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Links are created using the <a> tag. The text contained within the tag becomes active. If a user clicks it, they will be taken to the page specified by the href attribute of the <a> tag.

Linking to other Web sites

When creating a link to a different Web site, you need to first find out the URL of the resource you want to link to. The URL is the text which appears in your browser's location bar when you're looking at the site.

Once you know the URL, you can create a link in your page by using that URL as the value for the href attribute of the <a> tag. Between the <a> and </a>, you put the text (or images, which we'll cover later) that you want to provide for the user to click on.

This format looks like:

<a href="URL">Text description</a>

For example, imagine that you want to create a link to this class Web site. The URL for the front page is http://www.leafdigital.com/class/. So your link might look like:

<a href="http://www.leafdigital.com/class/">Class Web site</a>

Note: You must include the full URL (beginning with http://) in the href attribute. Abbreviated URLs like www.leafdigital.com/class won't work.

Linking to other pages in your own site

When you link to other pages in your own Web site, you could use the same scheme - find out the entire URL of the page on your site you want to link to, and enter this as the href attribute.

But this isn't a good idea. For example, if you move your Web site to a different server, all the URLs will change and you'll have to go through editing them. Also, you won't be able to use a copy of the site on your own hard disk because all the references will be to Internet sites.

Instead, you can use a relative URL. If you don't include the beginning part of the URL (http://) in the href attribute, it is interpreted relative to the existing URL of the document that includes the link.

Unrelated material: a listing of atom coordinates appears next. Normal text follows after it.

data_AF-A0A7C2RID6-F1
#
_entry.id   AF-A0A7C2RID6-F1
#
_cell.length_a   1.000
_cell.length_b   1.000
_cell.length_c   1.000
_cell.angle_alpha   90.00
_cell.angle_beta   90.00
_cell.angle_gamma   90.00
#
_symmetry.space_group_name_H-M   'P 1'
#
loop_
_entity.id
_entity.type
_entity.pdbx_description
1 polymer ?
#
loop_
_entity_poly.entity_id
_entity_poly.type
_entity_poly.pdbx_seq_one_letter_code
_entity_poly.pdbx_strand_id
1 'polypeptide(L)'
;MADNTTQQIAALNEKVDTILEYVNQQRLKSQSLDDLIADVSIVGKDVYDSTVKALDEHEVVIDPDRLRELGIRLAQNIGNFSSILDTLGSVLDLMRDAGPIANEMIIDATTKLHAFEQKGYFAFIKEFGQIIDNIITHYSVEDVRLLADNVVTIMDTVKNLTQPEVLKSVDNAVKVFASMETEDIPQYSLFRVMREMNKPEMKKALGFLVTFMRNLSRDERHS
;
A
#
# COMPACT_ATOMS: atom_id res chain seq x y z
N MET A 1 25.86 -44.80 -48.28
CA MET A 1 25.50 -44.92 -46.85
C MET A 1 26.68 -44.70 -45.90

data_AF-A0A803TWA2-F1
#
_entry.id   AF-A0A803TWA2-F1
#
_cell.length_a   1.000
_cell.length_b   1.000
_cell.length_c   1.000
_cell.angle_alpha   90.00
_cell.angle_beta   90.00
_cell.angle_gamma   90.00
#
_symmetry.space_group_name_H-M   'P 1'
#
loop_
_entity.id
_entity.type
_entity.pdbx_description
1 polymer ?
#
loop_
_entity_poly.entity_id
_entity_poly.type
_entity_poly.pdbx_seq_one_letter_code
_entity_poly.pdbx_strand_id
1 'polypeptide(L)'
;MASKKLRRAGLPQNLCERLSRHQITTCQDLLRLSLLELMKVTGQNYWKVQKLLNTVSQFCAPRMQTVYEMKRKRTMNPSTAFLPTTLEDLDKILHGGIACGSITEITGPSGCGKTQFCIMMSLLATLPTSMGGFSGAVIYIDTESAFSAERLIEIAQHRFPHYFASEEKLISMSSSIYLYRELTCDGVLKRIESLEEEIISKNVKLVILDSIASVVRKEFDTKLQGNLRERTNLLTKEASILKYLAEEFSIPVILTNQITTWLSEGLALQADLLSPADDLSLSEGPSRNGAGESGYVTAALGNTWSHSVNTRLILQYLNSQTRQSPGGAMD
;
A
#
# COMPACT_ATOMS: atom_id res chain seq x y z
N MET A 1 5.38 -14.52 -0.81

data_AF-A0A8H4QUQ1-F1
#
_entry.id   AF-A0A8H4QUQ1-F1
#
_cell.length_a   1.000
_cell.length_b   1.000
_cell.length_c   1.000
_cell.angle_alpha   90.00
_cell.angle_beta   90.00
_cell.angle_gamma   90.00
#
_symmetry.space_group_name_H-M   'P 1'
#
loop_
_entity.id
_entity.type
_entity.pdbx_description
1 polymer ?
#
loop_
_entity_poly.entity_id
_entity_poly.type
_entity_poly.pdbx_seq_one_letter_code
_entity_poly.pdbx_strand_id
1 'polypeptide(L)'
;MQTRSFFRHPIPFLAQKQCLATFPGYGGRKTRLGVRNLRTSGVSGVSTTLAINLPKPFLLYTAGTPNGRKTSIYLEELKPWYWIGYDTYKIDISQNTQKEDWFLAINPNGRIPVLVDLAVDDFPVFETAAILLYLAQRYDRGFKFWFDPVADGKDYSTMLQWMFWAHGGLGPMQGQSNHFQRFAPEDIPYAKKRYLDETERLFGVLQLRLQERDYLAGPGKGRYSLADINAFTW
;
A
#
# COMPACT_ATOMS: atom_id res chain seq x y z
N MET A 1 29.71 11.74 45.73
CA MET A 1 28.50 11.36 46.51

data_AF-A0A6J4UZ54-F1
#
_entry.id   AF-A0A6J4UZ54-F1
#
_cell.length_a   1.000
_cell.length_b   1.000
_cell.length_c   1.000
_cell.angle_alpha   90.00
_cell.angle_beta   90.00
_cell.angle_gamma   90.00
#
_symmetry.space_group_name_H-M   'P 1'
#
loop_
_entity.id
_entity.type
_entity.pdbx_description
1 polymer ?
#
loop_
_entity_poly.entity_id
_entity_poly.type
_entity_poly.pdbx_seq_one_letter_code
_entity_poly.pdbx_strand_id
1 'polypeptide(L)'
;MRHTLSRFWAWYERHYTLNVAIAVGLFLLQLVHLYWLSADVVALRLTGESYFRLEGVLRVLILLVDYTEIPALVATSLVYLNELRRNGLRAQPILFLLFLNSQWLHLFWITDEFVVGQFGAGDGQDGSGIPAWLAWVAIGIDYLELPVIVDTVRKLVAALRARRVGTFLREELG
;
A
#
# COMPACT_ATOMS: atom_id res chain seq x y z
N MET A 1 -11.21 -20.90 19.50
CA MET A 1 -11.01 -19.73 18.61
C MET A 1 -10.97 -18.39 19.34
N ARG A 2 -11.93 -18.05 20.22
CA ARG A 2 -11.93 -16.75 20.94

For example, if you have a page stored at http://www.isp.com/username/example.html, any links in this page that don't begin with http:// will be taken as referring to http://www.isp.com/username/href-value. You could refer to the page http://www.isp.com/username/example2.html like this:

<a href="example2.html">Second example page</a>

If you use multiple "directories" or "folders" to organise your files, things get slightly more complicated. Supposing you also had a file at http://www.isp.com/username/folder/test.html; this could be referred to as:

<a href="folder/test.html">Test inside a subfolder</a>

The special folder name ../ can be used to refer to a folder one level up. For example, within the file http://www.isp.com/username/folder/test.html you might want to link back to the original http://www.isp.com/username/example.html, and you could do so like this:

<a href="../example.html">Returning to the original level</a>

(If you use ../ twice - ../../ - that refers to the folder two levels up, and so on.)

If your web site uses only relative links for its internal links, then it will work on your hard disk as well as after you upload it to a Web server.

A note about index.html

You might notice that some URLs end in a /, rather than a specific filename. This is a shorthand, instructing the Web server to show the default file in that folder. Normally, the default file is the one named "index.html". So the following URLs are equivalent:

This shortcut doesn't work when the files are being read from your hard disk rather than via a Web server.


I created an example file to demonstrate links. You should recognise everything else in the file from the previous lesson.